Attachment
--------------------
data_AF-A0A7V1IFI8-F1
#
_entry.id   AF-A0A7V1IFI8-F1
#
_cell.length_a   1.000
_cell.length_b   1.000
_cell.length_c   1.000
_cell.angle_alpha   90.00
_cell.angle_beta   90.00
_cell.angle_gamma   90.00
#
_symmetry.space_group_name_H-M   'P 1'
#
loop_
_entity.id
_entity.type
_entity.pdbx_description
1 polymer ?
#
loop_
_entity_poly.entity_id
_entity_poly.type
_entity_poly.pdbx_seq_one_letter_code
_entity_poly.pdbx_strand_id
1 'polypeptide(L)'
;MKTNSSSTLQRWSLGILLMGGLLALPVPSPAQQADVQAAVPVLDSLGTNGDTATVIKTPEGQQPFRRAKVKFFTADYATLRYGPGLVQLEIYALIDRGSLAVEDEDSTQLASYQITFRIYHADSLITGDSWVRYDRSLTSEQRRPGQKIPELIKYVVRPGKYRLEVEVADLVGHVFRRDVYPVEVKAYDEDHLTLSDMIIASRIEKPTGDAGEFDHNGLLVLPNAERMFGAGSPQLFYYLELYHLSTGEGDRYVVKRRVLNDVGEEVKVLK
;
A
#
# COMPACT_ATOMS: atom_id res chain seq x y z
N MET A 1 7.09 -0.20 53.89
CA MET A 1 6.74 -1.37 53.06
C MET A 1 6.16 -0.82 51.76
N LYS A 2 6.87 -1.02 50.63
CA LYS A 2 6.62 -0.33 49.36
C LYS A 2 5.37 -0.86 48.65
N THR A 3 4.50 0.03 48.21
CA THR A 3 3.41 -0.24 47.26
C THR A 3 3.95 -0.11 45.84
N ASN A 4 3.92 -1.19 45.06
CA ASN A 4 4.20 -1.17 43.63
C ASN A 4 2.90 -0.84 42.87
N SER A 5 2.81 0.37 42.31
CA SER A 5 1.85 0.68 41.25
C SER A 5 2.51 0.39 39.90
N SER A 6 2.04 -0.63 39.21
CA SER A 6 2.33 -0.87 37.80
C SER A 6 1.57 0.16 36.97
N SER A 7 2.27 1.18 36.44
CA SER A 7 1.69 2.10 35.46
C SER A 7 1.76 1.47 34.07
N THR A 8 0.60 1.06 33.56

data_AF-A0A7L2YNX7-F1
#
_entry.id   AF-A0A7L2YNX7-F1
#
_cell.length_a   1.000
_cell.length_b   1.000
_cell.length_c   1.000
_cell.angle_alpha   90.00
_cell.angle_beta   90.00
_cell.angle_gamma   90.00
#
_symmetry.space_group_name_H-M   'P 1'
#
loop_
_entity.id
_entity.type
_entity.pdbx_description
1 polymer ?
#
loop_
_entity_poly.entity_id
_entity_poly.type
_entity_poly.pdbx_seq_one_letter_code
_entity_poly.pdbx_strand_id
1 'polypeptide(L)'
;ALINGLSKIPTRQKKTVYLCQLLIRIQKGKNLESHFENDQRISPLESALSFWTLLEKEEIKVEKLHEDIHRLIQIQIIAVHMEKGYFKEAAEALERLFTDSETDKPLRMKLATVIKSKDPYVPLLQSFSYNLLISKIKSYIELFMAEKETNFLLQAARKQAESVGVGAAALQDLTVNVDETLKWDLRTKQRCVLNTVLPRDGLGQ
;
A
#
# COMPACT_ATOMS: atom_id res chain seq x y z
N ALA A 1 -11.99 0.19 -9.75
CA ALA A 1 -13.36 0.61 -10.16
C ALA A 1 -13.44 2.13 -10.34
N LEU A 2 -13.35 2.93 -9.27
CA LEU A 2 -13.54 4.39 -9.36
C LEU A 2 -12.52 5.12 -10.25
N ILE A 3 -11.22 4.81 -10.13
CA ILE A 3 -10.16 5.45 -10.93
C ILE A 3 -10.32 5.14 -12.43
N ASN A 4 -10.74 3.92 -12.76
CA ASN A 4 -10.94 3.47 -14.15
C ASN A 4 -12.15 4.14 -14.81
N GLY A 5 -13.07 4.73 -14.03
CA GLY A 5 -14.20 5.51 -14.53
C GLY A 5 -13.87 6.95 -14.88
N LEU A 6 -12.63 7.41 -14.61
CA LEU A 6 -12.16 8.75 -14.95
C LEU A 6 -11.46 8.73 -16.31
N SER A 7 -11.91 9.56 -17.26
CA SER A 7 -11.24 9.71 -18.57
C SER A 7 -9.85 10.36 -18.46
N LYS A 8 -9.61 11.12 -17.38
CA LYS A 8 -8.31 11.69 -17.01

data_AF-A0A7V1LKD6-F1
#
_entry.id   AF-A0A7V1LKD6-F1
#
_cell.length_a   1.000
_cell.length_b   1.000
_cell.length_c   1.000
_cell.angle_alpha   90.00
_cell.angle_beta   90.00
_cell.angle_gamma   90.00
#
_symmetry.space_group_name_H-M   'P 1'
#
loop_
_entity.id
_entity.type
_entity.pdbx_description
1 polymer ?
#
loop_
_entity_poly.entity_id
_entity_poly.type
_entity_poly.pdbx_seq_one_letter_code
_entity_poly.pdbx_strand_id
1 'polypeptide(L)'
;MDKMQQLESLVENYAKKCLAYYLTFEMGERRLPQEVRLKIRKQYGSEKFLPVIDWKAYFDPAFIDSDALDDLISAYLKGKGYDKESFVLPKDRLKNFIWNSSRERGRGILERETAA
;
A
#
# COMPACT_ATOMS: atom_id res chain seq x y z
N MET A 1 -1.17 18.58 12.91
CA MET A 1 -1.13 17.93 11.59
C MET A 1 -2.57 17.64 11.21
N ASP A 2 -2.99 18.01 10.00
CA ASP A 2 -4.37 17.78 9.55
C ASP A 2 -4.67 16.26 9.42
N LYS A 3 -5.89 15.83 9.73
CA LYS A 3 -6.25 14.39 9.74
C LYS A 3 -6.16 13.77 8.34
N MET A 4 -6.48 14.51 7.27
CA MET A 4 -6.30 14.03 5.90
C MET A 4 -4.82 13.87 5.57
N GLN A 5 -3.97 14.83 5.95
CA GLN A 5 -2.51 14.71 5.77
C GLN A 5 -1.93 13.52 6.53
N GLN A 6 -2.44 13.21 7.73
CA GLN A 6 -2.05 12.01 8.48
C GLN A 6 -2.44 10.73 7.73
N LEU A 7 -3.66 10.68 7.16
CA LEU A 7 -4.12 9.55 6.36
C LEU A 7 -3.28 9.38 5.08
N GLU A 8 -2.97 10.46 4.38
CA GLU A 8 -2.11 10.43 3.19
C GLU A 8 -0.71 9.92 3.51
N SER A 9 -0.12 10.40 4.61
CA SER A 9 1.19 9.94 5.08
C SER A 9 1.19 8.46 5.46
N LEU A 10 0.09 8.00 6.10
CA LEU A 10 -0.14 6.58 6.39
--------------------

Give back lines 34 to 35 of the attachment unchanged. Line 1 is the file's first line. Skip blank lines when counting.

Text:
N LYS A 2 6.87 -1.02 50.63
CA LYS A 2 6.62 -0.33 49.36